<property Name="AutoStep" Value="1000" />
      <property Name="Highlighter" Value="Default Highlight" />
      <property Name="StepLarge" Value="600000.000" />
      <property Name="CurrentTime" Value="691231 235959.999" />
      <details Text="Saved with Debrief version dated 19 Jul 01 12:44" />

7.4.5. How to do it - 3

As you can see above, the file starts with an entry beginning with the characters <?xml. This line indicates that you are handling XML data.

Next you have a series of lines of data, which start with <plot> and end with </plot>. This format is similar to that found in HTML, and indicates that this file contains details of plot. Inside the <plot> you can see a <session>, which in turn contains a <layers> object, containing a series of <layer> items, followed by a <projection>, and a <gui>.

What you are going to do is strip out everything except the Layers object, and then thin this out.

So, move the cursor to the <layers> line. Delete everything before this (except for the <?xml version="1.0" encoding="UTF-8"?> line.

Now move down to the </layers> line, and delete everything from it to the end of the file.

As you look at the layers, you can see that each layer has a name ( Chart Features is the first one in the example above). It is the Chart Features layer which you want to keep, so navigate down to the next Layer (which may have a track name), and delete that and all others (down to, but not including the </layers> line which marks the end of the data).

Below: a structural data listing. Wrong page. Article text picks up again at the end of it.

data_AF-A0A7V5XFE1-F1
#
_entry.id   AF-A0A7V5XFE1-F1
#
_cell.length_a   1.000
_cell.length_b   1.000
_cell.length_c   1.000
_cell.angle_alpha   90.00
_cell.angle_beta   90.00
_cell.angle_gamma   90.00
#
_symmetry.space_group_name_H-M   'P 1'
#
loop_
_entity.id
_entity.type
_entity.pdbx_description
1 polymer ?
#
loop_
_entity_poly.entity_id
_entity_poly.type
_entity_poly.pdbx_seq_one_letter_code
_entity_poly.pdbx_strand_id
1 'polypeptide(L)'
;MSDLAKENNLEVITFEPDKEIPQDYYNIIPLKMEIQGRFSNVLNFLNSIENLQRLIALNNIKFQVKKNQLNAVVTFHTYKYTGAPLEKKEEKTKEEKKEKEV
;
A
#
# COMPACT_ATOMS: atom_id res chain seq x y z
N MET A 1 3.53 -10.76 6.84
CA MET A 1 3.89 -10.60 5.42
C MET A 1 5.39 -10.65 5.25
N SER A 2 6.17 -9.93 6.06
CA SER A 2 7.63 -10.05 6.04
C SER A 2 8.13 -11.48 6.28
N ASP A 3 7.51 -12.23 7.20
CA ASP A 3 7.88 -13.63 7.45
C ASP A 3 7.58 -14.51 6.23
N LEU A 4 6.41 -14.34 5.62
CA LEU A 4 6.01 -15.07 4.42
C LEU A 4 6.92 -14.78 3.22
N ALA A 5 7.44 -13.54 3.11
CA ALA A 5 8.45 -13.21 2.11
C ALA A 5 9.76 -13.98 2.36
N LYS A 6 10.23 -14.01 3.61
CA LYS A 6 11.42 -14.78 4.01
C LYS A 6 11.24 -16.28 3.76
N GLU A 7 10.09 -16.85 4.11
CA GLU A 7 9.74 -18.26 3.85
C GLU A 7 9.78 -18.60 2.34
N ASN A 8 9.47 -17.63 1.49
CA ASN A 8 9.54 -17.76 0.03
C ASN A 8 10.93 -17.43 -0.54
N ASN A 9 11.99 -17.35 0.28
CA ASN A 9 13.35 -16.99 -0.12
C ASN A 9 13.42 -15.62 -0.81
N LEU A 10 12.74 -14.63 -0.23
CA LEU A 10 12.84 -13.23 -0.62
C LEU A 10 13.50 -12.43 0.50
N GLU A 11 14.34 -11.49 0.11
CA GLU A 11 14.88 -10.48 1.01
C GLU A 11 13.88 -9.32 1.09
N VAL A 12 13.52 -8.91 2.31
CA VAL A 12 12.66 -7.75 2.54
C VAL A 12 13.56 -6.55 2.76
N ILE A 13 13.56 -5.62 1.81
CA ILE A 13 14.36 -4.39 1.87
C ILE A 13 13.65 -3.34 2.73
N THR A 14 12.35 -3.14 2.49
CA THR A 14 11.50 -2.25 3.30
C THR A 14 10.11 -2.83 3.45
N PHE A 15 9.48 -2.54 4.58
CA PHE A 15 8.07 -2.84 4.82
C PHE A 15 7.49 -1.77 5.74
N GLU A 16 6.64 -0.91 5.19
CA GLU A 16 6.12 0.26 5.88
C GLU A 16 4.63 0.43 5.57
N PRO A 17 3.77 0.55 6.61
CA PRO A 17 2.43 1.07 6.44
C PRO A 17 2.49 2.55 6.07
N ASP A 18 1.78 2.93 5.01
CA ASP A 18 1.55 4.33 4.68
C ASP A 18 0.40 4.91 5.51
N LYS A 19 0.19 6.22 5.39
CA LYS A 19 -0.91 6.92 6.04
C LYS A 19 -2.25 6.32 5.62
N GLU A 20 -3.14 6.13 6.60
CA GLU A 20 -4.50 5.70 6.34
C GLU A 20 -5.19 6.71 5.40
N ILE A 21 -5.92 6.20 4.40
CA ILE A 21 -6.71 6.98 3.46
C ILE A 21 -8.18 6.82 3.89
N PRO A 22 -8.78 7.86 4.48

Within the Chart Features layer you can see an entry named <vpf_database> - this is the vpf data. Inside the vpf_database are <vpf_library> entries, one for each library loaded (probably just VMaplv0 in your instance).

Inside the <vpf_library> are a series of <vpf_coverage> entries. It is these which you will thin out. Work down through them deleting any you don't want. In your instance you only want to keep the boundaries data, so you will delete all other coverages. So, select blocks of text beginning with <vpf_coverage> and ending with </vpf_coverage> and delete those you don't want.

Finally, delete any <vpf_features> you don't want.

I've deleted all those I don't want, leaving the text below:

      <?xml version="1.0" encoding="UTF-8"?>
      <layer Name="Chart Features" Visible="TRUE">
      <vpf_database Visible="TRUE">
      <vpf_library Visible="TRUE" Name="vmaplv0">
      <vpf_coverage Visible="TRUE" Type="bnd" Description="Boundaries">
      <vpf_feature Visible="TRUE" Type="oceansea" Description="Oceans/Seas">
      <colour Value="BLUE" />
      <vpf_feature Visible="FALSE" Type="polbndl" Description="Political
      <colour Value="WHITE" />
      <vpf_feature Visible="TRUE" Type="polbnda" Description="Administrative
      <colour Value="WHITE" />
      <vpf_feature Visible="FALSE" Type="depthl" Description="Depth Contours">
      <colour Value="WHITE" />
      <vpf_feature Visible="TRUE" Type="coastl" Description="Coastlines">
      <colour Value="CYAN" />

7.4.6. At last!

Now, you can drag and drop this file into any Debrief session to instantly give you your "favourite" set of layers.

To test it, follow the steps described above (or copy the text I've just given you into a blank text file and save it as default_layers.dpf). Then create a new Debrief session, load one of your demo tracks ( boat1.rep), then drag in default_layers.dpf. Zoom out, and have a look at the lovely, pre-formatted data.